The average values of HbA1c and FBS were significantly higher compared to some of the previously reported studies, whereas PPBS value was comparable.[7],[16] Approximately three-fourths of the individuals were in the category of glycemic status “not controlled.” However, the RBS values, which were done in significantly more number of individuals than FBS or PPBS, were within glycemic “control” in approximately 50%. This is reflective of the real-world situation where routinely individuals tend to provide RBS samples more commonly than FBS and PPBS, indicating difficulty in maintaining fasting status when coming for clinic appointments and practical issues of staying for 2 hours for PPBS. HbA1c is relied upon as the preferred glycemic marker, and was done whenever possible to reflect longer term glycemic status. The “inadequate glycemic control” has to be seen in the light of the characteristics of individuals and disease in this government tertiary care set up––longer disease duration, complications/comorbidities, age, possibly lack of adherence to diet lifestyle and medications, and affordability issues. Guidelines also recommend relatively higher target values for “adequate control” as practical and beneficial taking into account age and status of complications/comorbidities. Using those criteria, an increased number of individuals in this analysis can actually be considered as “controlled.” Hypertension was the most common comorbidity seen which is consistent with published literature, albeit in higher or lower proportions.[15],[17] Association of diabetes with thyroid dysfunction is established; low levels of thyroid hormones increase risk of diabetes.[22] Hypothyroidism seen in over 10% of cases in the study corroborates this.

The average of 4.56 drugs per day prescribed per patient varies in comparison to studies conducted in different parts of India; it is significantly lower than in a few studies (P < 0.05).[15],[16] This variability could be due to many factors. The mean number of drugs for diabetes per prescription is significantly higher than some recent Indian studies (P < 0.05)[14],[15],[16] signifying perhaps the more advanced disease presentation to this apex center. Importantly, we were able to calculate the daily pill burden (4.59) which matters more to a patient––the number of pills he/she has to take; this is a unique finding not reported in most of the earlier studies. Because of the frequent use of FDCs for diabetes and hypertension along with statins––aspirin combinations, the pill burden was interestingly almost the same as the average number of drugs per prescription. This highlights the advantage of FDCs (if rational) in providing patient convenience and possibly improving adherence.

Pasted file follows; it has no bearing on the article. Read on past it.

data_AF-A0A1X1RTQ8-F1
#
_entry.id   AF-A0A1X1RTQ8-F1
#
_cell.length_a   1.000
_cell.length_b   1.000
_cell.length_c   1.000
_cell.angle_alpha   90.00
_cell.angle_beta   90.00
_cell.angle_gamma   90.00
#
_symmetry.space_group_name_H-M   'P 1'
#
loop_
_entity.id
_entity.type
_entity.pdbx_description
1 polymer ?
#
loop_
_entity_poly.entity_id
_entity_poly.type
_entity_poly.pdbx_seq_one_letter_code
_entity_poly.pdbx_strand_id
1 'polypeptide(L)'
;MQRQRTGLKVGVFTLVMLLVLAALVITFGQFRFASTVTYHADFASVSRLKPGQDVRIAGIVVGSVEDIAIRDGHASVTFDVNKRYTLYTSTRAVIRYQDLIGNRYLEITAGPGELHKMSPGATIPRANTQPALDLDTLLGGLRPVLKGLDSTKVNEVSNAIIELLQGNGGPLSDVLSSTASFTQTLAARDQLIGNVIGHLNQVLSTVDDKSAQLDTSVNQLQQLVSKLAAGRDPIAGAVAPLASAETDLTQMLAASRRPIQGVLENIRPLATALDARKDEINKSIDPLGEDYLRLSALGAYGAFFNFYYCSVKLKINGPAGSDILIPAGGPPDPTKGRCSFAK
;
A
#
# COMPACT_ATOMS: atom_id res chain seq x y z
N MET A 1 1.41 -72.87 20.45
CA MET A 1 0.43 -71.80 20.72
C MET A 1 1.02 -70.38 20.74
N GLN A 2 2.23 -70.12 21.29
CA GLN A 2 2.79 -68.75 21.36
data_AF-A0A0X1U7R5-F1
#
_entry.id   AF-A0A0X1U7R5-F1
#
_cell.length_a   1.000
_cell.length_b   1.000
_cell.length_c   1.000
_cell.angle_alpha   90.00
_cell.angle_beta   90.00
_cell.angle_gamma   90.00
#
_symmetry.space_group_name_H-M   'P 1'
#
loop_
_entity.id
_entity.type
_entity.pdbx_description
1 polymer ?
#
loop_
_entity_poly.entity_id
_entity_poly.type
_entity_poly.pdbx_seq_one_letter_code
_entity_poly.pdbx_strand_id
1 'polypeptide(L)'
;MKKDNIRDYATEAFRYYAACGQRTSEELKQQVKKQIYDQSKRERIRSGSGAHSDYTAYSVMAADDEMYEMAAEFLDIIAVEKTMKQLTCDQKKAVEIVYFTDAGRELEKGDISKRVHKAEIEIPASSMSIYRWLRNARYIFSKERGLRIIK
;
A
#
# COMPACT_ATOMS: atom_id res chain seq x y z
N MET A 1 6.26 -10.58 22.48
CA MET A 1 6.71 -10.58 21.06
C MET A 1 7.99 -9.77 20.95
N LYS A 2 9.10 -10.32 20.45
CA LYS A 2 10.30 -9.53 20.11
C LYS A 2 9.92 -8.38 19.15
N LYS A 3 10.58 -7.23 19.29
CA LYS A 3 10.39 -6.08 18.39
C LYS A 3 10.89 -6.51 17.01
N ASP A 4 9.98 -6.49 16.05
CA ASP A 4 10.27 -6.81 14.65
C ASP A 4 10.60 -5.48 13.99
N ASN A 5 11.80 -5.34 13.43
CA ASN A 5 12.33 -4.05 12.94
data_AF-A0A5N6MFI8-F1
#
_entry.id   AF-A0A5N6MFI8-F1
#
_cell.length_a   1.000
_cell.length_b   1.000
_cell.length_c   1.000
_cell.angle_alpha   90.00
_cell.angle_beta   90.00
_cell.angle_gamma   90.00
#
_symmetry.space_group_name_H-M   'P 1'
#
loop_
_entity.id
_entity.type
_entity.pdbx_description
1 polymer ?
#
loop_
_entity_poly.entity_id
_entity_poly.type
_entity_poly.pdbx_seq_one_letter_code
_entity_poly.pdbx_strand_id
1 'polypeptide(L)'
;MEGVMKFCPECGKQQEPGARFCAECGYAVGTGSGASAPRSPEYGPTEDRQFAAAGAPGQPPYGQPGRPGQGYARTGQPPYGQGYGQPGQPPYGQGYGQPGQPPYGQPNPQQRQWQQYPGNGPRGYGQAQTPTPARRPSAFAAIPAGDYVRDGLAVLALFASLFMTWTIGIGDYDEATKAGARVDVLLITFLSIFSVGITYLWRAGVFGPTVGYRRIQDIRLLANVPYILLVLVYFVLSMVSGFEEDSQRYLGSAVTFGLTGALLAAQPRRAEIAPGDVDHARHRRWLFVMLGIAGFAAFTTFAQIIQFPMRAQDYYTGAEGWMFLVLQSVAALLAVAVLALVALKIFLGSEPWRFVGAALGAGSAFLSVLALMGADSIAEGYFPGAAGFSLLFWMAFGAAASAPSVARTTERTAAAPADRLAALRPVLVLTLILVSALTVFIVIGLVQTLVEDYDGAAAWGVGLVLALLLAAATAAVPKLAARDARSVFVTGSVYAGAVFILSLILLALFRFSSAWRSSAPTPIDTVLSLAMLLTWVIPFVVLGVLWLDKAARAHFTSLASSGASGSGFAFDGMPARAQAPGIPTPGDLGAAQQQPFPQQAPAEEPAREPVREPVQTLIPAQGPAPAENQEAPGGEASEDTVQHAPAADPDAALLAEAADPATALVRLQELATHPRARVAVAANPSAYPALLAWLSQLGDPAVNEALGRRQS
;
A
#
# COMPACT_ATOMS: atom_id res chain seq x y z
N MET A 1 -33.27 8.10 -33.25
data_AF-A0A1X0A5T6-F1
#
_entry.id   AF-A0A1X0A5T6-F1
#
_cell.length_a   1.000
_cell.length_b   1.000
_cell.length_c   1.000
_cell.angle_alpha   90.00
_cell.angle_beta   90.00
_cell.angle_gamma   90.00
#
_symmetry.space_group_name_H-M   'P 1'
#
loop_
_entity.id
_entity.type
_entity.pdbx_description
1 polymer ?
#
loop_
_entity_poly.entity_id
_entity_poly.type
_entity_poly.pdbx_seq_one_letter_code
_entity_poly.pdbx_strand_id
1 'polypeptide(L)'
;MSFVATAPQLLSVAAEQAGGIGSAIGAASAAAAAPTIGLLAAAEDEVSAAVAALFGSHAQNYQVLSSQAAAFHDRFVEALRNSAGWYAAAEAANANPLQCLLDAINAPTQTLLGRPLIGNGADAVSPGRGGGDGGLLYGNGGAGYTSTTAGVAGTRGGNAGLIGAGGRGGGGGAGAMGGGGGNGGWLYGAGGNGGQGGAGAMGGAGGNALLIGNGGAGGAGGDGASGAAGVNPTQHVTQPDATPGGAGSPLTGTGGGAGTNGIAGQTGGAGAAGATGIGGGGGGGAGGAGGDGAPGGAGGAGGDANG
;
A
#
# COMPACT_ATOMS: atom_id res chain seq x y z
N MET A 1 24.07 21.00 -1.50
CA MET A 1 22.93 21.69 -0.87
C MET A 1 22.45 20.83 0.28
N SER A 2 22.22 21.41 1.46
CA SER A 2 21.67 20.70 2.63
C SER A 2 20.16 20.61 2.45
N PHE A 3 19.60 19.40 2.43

Proportion of single and dual drug regimen prescriptions was significantly lower (P < 0.05) than some studies from India and Bangladesh,[15],[21],[23] whereas proportion of prescriptions containing triple drug regimen was significantly higher (P < 0.05).[21],[23] Most of the prescriptions at our center contained 2 or 3 drugs for diabetes which is consistent with earlier findings in tertiary care.[13],[16],[17],[24] The drugs in the regimens however varied from these studies. Prescriptions with metformin and glimepiride as dual drug regimens were significantly higher (P = 0.00003) than a study done in Tamil Nadu[21]; similarly prescriptions with metformin, glimepiride, and DPP IV inhibitor (teneligliptin/vildagliptin) among triple regimens were significantly higher too (P = 0.00012) at this center. In other studies, metformin and DPP IV inhibitor [13],[17] or metformin and glibenclamide[21],[24] were commonly prescribed as dual regimens, and pioglitazone or voglibose commonly prescribed as part of triple drug regimens.[15],[16],[20],[24] This underlines the increased use of DPP IV inhibitors especially teneligliptin as add on drug, and glimepiride as the preferred Sulfonylurea (SU) here. It mirrors the recent national diabetes treatment guidelines as well as availability in the local pharmacy (Jan Aushadhi store).

Also consistent with treatment guidelines and recent studies,[13],[14],[16] was the use of metformin as the most commonly prescribed drug which reflects the recommended practice of prescribing metformin to every individual with T2DM unless contraindicated or not tolerated. Similar results have been reported in previous studies too. Metformin was optimally used at the center as indicated by its presence in almost all the T2DM prescriptions and a high mean total daily dose. SUs (predominantly glimepiride) were the second most commonly prescribed showing that the popularity of SUs is being maintained due to good efficacy and low cost, despite concerns of weight gain and hypoglycemia. DPP IV inhibitors came behind the SU’s, although being strongly recommended by guidelines as a preferable add-on drug. This is most probably due to their higher costs; yet their use is increasing. Teneligliptin was the molecule most prescribed, unlike in previously reported results, which indicates its growing popularity due to significantly lower cost and availability as the only DPP IV inhibitor in the generic drug scheme. It highlights patients’ affordability as a major consideration in prescribing. Pioglitazone was significantly less used compared to other centers[14],[16] which is again in line with latest guidelines, as this drug is not a preferable choice among add on drugs due to both safety and efficacy concerns. SGLT-2 inhibitors and voglibose were sparingly used mainly due to issues of high cost among patients and low efficacy, respectively.